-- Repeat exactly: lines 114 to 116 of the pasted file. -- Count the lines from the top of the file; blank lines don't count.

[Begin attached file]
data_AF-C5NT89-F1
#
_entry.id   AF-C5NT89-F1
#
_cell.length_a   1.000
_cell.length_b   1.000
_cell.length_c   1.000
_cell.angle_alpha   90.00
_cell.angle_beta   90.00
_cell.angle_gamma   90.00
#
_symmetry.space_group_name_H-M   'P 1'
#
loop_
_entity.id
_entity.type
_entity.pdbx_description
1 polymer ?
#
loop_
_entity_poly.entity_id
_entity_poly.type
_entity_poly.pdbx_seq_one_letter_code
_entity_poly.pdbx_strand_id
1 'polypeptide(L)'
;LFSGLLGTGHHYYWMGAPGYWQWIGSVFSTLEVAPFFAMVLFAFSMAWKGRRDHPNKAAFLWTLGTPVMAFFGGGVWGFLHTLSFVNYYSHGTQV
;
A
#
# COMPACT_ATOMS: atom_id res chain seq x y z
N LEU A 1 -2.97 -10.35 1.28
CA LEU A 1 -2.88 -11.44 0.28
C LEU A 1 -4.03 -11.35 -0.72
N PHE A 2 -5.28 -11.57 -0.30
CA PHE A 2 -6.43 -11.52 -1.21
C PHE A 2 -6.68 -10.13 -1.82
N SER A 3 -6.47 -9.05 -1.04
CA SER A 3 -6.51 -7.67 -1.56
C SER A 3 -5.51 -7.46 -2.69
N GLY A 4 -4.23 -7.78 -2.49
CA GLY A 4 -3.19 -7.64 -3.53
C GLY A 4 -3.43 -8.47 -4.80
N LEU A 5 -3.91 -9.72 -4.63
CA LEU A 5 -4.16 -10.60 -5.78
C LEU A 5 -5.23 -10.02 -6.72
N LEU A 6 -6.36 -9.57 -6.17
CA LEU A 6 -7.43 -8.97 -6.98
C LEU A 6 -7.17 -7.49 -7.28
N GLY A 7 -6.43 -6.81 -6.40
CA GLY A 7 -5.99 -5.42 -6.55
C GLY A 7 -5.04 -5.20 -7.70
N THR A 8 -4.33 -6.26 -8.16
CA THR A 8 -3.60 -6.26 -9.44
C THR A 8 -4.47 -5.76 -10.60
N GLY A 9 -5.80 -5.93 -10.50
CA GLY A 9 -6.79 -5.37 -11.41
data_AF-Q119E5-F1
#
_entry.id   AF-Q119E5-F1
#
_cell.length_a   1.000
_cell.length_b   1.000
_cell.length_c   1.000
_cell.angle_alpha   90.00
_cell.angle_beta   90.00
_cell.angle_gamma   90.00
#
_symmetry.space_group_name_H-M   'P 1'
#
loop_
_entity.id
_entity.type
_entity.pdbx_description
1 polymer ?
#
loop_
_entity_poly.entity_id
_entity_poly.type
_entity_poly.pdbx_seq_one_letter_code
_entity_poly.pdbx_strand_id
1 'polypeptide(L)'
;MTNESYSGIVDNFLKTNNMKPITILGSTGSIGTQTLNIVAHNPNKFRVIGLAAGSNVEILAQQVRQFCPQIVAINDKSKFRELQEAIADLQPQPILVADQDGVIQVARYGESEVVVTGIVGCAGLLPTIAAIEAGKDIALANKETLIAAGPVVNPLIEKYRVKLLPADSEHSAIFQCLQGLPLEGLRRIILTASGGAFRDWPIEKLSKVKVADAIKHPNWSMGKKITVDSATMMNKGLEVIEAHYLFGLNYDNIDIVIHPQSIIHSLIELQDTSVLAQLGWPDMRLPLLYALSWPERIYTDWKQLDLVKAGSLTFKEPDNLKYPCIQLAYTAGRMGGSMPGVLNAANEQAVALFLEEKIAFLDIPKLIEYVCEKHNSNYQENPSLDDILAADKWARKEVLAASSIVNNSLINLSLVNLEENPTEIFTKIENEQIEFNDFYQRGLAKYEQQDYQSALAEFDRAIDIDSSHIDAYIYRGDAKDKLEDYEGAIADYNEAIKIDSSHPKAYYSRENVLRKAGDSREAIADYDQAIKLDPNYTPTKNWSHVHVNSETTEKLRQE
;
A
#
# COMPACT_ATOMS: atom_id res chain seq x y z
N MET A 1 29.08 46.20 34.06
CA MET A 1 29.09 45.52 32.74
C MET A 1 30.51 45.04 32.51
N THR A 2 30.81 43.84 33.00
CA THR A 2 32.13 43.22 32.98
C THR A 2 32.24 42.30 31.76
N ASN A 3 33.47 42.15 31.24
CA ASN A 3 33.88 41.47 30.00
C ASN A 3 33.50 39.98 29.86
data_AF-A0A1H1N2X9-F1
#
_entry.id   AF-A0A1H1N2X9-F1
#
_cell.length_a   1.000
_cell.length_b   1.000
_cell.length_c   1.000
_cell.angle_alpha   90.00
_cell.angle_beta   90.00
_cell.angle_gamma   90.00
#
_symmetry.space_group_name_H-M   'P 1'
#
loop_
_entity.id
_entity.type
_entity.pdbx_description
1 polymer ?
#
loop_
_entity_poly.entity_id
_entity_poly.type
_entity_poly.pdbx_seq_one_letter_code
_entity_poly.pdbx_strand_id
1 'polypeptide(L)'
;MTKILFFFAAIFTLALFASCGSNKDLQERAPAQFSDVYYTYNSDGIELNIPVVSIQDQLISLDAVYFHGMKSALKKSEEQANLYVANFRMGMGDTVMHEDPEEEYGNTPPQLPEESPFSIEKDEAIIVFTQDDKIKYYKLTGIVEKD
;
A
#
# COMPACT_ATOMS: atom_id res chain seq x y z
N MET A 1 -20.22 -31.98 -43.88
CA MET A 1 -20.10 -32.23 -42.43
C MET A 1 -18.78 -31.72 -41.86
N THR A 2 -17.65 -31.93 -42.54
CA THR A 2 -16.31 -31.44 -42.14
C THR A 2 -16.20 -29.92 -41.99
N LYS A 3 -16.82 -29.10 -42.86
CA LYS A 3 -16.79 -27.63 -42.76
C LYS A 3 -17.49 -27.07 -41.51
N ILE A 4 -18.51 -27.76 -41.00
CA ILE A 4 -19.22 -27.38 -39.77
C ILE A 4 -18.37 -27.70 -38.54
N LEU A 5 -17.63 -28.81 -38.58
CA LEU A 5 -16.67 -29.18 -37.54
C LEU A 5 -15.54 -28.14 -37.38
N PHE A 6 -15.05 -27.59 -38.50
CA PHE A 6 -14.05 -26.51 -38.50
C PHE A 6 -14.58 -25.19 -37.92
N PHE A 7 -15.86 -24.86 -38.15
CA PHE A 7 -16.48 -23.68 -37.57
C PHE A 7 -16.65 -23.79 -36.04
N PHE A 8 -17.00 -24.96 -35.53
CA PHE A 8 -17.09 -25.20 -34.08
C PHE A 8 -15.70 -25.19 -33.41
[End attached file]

#
loop_
_entity_poly.entity_id